The donor heart pool could be expanded by including undersized hearts, according to a study presented today at the International Society of Heart and Lung Transplantation. The research team, led by Satoshi Furukawa, M.D., associate professor of surgery at Temple University School of Medicine and surgical director of heart transplant at Temple University Hospital, compared the growth and adaptability of undersized hearts to normal-sized donor hearts in heart transplant recipients over a 10-year period and found no significant differences.
It's generally believed that for a heart transplant to be successful, the donor heart must match in size to the heart transplant recipient.
"In our study, we found that undersized hearts adapted by increasing in mass. Further, there were no significant differences in function, capacity or survival rates between those patients who received undersized hearts and those who received normal-sized hearts. These findings suggest to us that the heart donor pool could be expanded by including undersized hearts," said Furukawa.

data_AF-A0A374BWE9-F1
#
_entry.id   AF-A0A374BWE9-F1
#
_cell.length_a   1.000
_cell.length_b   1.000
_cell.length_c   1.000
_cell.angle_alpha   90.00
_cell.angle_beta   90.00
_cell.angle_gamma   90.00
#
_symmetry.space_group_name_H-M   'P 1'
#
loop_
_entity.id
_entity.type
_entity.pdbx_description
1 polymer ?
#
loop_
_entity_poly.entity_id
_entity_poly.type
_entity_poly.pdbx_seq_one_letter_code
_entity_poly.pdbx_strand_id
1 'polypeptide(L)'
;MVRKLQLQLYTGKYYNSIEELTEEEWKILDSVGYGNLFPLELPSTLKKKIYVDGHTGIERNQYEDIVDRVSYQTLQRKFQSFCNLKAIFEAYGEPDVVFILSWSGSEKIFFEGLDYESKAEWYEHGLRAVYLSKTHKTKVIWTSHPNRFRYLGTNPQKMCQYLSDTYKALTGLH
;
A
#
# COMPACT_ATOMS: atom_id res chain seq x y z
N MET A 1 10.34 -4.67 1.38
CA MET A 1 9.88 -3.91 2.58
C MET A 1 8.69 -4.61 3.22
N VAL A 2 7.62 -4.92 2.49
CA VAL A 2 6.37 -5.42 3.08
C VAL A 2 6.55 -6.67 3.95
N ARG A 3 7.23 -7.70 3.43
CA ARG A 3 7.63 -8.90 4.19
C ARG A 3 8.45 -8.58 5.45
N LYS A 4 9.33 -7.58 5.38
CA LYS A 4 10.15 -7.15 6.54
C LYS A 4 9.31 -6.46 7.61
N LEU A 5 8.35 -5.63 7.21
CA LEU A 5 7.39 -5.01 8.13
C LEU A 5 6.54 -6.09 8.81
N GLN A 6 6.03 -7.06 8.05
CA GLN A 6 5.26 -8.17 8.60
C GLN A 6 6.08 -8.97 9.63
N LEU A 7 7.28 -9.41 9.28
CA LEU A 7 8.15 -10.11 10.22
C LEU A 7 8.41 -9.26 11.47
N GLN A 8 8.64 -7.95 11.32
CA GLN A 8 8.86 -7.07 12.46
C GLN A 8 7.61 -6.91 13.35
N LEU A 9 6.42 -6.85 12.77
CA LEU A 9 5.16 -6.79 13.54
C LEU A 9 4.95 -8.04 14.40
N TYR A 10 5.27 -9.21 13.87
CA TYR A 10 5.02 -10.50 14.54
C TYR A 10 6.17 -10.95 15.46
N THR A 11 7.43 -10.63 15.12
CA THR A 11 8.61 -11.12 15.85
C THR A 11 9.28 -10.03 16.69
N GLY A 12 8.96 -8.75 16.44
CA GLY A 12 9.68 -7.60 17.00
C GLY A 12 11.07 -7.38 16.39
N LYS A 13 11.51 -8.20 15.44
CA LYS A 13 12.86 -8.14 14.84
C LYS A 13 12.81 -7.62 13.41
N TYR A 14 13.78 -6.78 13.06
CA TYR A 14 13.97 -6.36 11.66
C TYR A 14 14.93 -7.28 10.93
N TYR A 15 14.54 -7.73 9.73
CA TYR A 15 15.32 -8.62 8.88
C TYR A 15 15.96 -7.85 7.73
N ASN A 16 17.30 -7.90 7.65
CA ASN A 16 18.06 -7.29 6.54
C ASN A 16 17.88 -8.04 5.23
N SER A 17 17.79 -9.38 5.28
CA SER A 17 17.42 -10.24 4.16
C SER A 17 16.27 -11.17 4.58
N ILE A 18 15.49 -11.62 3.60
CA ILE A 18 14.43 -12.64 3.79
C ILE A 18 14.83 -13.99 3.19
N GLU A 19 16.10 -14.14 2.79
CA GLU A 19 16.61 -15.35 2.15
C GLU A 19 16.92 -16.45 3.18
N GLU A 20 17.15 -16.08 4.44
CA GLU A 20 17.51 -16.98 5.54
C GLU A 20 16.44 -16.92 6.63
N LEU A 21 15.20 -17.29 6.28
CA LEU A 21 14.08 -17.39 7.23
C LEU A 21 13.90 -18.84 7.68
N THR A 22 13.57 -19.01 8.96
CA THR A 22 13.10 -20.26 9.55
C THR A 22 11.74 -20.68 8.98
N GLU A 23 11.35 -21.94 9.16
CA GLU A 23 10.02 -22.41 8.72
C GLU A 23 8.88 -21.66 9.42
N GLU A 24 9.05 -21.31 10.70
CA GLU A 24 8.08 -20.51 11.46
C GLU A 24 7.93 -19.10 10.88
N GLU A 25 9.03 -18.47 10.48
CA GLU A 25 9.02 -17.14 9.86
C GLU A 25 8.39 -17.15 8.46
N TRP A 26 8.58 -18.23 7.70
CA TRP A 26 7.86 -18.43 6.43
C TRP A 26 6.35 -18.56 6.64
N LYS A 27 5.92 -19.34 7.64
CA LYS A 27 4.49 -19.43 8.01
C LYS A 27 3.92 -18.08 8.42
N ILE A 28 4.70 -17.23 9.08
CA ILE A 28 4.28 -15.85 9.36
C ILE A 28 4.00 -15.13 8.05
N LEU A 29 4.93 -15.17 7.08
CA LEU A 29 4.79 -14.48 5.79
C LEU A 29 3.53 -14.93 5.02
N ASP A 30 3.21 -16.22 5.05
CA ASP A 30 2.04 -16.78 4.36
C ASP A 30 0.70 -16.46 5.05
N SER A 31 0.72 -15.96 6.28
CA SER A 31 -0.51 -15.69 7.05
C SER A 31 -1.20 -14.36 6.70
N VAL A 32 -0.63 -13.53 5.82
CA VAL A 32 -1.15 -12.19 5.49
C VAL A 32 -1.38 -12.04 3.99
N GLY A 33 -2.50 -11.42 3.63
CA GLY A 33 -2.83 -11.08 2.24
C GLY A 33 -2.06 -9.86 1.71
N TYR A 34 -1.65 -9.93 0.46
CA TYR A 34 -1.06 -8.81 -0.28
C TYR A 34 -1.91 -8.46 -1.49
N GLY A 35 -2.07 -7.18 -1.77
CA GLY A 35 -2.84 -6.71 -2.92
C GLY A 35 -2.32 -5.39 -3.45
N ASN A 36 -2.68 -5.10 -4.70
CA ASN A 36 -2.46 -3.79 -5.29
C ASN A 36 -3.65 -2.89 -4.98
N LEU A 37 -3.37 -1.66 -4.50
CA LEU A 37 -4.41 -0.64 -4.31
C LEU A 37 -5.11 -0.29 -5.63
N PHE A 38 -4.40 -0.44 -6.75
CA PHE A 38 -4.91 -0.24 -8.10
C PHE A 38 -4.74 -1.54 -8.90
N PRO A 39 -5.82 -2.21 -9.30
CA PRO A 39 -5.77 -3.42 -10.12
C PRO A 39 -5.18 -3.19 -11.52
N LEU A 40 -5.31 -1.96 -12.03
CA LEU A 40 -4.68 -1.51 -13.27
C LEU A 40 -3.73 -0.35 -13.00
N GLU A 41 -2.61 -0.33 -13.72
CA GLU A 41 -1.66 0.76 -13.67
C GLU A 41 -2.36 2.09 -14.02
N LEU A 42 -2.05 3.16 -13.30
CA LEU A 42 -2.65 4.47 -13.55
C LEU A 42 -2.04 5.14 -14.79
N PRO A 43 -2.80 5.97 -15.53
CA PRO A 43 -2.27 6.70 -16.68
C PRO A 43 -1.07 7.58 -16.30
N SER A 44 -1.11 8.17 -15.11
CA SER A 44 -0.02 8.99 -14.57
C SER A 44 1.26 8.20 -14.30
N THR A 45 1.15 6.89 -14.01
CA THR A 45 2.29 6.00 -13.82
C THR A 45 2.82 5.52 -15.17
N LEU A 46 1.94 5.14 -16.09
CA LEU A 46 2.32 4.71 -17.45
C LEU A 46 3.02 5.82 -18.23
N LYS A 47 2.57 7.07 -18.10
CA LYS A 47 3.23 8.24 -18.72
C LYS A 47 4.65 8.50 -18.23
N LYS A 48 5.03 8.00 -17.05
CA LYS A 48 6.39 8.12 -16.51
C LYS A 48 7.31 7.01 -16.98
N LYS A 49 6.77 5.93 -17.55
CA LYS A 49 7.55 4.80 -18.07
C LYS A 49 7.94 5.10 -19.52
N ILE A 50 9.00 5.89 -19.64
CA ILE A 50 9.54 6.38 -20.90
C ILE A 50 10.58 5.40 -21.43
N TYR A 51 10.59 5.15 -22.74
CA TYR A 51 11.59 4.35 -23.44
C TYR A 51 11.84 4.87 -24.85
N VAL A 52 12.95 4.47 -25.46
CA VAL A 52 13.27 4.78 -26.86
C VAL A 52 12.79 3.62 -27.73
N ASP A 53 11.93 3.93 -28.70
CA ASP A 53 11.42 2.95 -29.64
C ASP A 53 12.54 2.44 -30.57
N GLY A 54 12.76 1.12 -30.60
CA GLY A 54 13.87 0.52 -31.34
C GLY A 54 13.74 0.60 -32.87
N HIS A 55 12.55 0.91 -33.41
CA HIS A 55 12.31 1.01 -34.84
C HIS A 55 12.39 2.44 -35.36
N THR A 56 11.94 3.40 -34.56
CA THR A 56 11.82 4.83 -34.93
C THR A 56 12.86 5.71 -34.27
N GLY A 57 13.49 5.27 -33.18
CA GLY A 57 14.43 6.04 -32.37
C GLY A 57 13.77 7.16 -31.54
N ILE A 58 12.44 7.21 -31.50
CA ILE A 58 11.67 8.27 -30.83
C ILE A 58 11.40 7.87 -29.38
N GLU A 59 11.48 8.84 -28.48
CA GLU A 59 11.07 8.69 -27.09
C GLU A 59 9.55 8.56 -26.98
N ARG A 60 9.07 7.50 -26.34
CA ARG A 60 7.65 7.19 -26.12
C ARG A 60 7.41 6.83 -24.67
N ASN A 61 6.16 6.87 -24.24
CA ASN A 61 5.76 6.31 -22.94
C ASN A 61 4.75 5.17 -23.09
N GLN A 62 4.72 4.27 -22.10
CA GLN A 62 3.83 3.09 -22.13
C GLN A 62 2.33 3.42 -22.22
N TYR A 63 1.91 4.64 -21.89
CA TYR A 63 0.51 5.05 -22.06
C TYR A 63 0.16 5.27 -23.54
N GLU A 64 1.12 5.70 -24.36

According to the United Network for Organ Sharing, 2,055 heart transplants were performed in the United States last year. There are currently 3,490 people on the waiting list for a heart transplant.
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Contact: Eryn Jelesiewicz
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